The Atlantic States Marine Fisheries Commission (ASMFC) has raised the annual harvest quota for Atlantic menhaden fish meal/oil by 6.45% for fisheries and bait fisheries.
Photograph by Brian.Gratwicke/Wikimedia Commons/CC-BY-SA-2.5
The Atlantic States Marine Fisheries Commission (ASMFC) has raised the annual harvest quota for Atlantic menhaden fish meal/oil by 6.45% for fisheries and bait fisheries. Omega-3 ingredient supplier Omega Protein Corp. (Houston) announced the quota increase last week, which is based on recent assessments findings the Atlantic menhaden stock remains strong.
The quota increase, which will take effect for the 2017 Atlantic menhaden fishing season, brings the total amount of Atlantic menhaden that Omega Protein and independent bait fisherman can land to 200,000 metric tons, according to Omega Protein. In its announcement of the quota change, the supplier noted it has harvested Atlantic menhaden for more than a century and is heavily invested in keeping the resource healthy and sustainable.
“We were pleased by the ASMFC’s judgment to increase the menhaden quota by 6.45%,” said Bret D. Scholtes, CEO of Omega Protein. “A growing number of observed sightings of very large menhaden schools have validated the strong findings of the ASMFC’s most recent assessment. This illustrates to us that there should be no doubt that the stock is robust and healthy enough for increased harvest.”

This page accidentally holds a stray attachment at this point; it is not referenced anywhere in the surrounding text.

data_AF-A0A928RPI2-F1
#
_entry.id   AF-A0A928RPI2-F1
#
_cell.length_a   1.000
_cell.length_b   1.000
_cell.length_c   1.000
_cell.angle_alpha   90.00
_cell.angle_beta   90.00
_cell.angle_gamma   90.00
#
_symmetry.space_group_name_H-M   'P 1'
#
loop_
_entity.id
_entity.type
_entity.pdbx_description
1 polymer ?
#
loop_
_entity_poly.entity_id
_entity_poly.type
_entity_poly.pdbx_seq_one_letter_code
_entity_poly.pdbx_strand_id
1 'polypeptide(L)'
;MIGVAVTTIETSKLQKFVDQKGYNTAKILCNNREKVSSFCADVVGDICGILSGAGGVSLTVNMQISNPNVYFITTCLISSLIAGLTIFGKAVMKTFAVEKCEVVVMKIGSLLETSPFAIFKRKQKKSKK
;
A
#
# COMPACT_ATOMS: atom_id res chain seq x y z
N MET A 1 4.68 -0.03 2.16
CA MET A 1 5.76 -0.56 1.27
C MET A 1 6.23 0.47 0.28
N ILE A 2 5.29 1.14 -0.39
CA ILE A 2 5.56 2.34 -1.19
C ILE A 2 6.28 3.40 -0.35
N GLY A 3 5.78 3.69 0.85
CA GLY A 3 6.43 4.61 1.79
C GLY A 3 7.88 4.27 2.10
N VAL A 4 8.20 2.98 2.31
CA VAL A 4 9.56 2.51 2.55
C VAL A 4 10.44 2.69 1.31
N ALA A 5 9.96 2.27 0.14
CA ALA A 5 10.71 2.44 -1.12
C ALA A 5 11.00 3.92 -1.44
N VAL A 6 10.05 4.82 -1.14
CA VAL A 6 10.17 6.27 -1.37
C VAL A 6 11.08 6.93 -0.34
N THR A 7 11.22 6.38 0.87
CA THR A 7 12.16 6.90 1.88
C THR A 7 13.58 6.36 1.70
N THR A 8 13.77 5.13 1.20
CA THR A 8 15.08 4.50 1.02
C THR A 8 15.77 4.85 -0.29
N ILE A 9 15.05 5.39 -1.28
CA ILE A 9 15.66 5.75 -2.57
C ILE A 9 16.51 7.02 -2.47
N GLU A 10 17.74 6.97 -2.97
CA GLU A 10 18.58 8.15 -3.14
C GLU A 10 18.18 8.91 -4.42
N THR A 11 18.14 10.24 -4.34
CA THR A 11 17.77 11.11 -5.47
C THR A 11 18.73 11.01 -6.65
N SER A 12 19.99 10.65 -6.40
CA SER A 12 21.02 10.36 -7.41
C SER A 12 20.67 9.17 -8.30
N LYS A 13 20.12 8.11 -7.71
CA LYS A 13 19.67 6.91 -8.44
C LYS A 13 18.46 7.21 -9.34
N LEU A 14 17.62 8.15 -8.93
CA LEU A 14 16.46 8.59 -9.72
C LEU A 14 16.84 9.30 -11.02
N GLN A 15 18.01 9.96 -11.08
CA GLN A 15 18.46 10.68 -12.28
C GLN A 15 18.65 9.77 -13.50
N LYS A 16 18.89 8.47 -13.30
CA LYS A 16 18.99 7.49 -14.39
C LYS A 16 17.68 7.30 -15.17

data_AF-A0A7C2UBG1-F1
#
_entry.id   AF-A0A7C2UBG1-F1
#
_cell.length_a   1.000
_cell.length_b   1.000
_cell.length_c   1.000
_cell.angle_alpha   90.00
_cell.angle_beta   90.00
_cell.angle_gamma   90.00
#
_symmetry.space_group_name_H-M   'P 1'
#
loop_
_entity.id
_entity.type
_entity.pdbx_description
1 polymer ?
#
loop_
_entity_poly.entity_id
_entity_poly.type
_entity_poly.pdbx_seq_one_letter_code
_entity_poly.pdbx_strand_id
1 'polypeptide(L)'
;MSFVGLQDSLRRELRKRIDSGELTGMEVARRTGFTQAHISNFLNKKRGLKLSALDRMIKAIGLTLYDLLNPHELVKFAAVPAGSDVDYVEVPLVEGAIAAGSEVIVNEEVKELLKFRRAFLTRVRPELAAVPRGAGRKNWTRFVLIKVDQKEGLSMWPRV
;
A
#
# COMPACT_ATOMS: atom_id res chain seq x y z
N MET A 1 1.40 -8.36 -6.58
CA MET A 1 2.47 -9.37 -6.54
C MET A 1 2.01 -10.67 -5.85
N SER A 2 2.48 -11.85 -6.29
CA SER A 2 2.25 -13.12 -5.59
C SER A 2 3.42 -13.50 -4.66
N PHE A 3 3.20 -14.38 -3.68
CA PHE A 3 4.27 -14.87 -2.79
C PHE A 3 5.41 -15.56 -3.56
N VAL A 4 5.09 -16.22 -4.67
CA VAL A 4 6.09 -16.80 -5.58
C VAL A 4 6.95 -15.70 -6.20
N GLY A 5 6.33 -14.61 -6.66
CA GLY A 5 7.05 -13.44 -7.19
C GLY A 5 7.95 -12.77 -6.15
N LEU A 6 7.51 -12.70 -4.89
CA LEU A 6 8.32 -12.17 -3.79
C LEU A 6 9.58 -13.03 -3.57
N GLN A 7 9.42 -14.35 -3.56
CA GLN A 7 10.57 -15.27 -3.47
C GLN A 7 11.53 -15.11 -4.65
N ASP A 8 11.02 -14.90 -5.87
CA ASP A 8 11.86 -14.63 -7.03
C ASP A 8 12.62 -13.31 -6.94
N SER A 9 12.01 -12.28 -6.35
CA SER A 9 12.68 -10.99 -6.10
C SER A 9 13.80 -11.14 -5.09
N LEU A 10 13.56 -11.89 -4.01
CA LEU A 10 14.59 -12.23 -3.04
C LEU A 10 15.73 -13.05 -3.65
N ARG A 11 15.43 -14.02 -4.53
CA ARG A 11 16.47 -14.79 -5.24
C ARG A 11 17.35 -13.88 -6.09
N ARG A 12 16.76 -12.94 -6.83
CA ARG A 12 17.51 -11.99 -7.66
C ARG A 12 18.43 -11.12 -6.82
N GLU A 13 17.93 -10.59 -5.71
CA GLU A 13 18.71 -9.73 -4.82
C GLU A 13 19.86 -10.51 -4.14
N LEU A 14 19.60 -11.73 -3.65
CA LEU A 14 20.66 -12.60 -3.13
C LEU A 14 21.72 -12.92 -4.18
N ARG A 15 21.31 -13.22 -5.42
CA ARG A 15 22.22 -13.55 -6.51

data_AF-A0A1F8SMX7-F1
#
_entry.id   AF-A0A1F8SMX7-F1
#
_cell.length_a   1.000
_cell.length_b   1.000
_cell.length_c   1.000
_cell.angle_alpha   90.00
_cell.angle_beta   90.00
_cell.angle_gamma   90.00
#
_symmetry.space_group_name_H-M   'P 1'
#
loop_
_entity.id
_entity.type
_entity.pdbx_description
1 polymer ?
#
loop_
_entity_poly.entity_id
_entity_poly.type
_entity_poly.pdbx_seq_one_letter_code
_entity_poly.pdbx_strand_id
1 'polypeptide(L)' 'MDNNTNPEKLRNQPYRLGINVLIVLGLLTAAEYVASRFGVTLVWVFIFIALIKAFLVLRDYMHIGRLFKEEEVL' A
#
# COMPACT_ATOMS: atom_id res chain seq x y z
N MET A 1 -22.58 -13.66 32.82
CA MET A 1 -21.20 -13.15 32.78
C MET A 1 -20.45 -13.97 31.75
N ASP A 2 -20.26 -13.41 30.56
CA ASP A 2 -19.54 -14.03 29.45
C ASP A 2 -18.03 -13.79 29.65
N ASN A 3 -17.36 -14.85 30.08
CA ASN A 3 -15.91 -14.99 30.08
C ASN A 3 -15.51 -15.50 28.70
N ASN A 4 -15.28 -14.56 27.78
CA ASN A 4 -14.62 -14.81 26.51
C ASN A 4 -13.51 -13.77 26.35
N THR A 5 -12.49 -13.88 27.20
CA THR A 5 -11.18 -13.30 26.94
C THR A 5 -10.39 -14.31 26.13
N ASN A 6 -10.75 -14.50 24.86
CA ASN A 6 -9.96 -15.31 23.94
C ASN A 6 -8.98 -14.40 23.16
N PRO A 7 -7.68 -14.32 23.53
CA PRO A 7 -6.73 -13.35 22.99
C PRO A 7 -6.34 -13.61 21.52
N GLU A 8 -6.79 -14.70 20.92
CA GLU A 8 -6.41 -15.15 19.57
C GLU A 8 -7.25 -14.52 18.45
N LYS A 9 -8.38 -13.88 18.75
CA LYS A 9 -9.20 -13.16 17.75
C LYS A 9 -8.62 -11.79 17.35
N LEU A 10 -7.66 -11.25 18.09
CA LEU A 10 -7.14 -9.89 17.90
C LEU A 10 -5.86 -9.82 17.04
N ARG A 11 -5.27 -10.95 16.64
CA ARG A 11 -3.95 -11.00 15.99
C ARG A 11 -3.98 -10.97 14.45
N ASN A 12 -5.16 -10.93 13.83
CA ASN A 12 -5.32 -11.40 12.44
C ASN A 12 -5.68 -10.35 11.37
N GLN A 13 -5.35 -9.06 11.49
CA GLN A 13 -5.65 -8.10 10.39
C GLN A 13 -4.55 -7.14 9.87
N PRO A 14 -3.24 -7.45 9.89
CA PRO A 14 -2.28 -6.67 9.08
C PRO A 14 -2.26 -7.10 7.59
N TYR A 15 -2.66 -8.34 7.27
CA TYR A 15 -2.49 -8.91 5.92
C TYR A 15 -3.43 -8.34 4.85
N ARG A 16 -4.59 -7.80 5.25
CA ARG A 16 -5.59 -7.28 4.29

Assessment Confirms Health of Gulf Menhaden Stock
Omega Protein also recently announced the results of an assessment by the Gulf States Marine Fisheries Commission (GSMFC) that found the Gulf of Mexico menhaden stock is “neither overfished nor experiencing overfishing.” By analyzing catch records, port samples, daily logbooks containing fishing locations, and two sets of fishery-independent surveys, GSMFC finds the menhaden stock in the Gulf of Mexico is “very healthy.” It also notes that fishing mortality rates decreased throughout the 1990s, with low fishing mortality rates and high fecundity still seen today.
“The 2016 update of the Gulf of Mexico menhaden stock assessment is extraordinarily positive,” said Peter Himchak, senior fisheries scientist from Omega Protein. “The probability to the stock experiencing overfishing or becoming depleted is remote.”
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